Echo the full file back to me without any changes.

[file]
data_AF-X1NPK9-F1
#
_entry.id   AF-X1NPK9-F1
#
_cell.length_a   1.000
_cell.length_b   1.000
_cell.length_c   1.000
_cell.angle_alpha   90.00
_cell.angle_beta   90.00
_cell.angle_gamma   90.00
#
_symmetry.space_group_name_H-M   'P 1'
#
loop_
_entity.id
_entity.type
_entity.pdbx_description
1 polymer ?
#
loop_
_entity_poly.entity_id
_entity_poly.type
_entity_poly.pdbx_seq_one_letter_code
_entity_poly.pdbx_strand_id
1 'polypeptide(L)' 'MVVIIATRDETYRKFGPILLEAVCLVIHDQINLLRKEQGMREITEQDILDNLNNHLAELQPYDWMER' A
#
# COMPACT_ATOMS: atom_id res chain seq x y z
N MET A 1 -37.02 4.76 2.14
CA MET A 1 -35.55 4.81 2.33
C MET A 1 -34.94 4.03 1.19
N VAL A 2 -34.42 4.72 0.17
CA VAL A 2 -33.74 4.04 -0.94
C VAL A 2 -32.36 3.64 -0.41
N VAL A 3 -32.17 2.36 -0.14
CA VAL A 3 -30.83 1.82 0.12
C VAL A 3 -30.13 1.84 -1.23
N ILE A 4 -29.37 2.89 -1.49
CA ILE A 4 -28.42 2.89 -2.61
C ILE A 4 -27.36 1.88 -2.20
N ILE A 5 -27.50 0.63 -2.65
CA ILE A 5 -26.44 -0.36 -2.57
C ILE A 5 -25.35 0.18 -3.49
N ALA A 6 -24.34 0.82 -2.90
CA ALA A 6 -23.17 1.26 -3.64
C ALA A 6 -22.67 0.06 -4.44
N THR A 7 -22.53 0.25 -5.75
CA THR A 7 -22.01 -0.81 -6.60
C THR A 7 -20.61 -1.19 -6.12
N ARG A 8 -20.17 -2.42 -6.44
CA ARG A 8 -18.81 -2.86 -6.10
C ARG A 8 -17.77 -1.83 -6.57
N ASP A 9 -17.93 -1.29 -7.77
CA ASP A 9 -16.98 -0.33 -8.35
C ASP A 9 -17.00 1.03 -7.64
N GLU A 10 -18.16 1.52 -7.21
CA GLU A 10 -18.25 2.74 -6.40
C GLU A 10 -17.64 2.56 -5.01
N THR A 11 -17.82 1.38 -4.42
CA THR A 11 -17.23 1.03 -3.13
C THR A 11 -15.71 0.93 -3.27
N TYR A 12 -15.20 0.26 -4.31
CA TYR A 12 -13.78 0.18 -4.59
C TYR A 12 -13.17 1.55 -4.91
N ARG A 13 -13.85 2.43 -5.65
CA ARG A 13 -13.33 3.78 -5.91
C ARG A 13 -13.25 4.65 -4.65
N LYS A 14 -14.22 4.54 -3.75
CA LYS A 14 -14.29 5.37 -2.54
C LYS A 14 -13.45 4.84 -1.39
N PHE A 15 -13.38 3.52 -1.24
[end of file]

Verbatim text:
data_AF-X1NPK9-F1
#
_entry.id   AF-X1NPK9-F1
#
_cell.length_a   1.000
_cell.length_b   1.000
_cell.length_c   1.000
_cell.angle_alpha   90.00
_cell.angle_beta   90.00
_cell.angle_gamma   90.00
#
_symmetry.space_group_name_H-M   'P 1'
#
loop_
_entity.id
_entity.type
_entity.pdbx_description
1 polymer ?
#
loop_
_entity_poly.entity_id
_entity_poly.type
_entity_poly.pdbx_seq_one_letter_code
_entity_poly.pdbx_strand_id
1 'polypeptide(L)' 'MVVIIATRDETYRKFGPILLEAVCLVIHDQINLLRKEQGMREITEQDILDNLNNHLAELQPYDWMER' A
#
# COMPACT_ATOMS: atom_id res chain seq x y z
N MET A 1 -37.02 4.76 2.14
CA MET A 1 -35.55 4.81 2.33
C MET A 1 -34.94 4.03 1.19
N VAL A 2 -34.42 4.72 0.17
CA VAL A 2 -33.74 4.04 -0.94
C VAL A 2 -32.36 3.64 -0.41
N VAL A 3 -32.17 2.36 -0.14
CA VAL A 3 -30.83 1.82 0.12
C VAL A 3 -30.13 1.84 -1.23
N ILE A 4 -29.37 2.89 -1.49
CA ILE A 4 -28.42 2.89 -2.61
C ILE A 4 -27.36 1.88 -2.20
N ILE A 5 -27.50 0.63 -2.65
CA ILE A 5 -26.44 -0.36 -2.57
C ILE A 5 -25.35 0.18 -3.49
N ALA A 6 -24.34 0.82 -2.90
CA ALA A 6 -23.17 1.26 -3.64
C ALA A 6 -22.67 0.06 -4.44
N THR A 7 -22.53 0.25 -5.75
CA THR A 7 -22.01 -0.81 -6.60
C THR A 7 -20.61 -1.19 -6.12
N ARG A 8 -20.17 -2.42 -6.44
CA ARG A 8 -18.81 -2.86 -6.10
C ARG A 8 -17.77 -1.83 -6.57
N ASP A 9 -17.93 -1.29 -7.77
CA ASP A 9 -16.98 -0.33 -8.35
C ASP A 9 -17.00 1.03 -7.64
N GLU A 10 -18.16 1.52 -7.21
CA GLU A 10 -18.25 2.74 -6.40
C GLU A 10 -17.64 2.56 -5.01
N THR A 11 -17.82 1.38 -4.42
CA THR A 11 -17.23 1.03 -3.13
C THR A 11 -15.71 0.93 -3.27
N TYR A 12 -15.20 0.26 -4.31
CA TYR A 12 -13.78 0.18 -4.59
C TYR A 12 -13.17 1.55 -4.91
N ARG A 13 -13.85 2.43 -5.65
CA ARG A 13 -13.33 3.78 -5.91
C ARG A 13 -13.25 4.65 -4.65
N LYS A 14 -14.22 4.54 -3.75
CA LYS A 14 -14.29 5.37 -2.54
C LYS A 14 -13.45 4.84 -1.39
N PHE A 15 -13.38 3.52 -1.24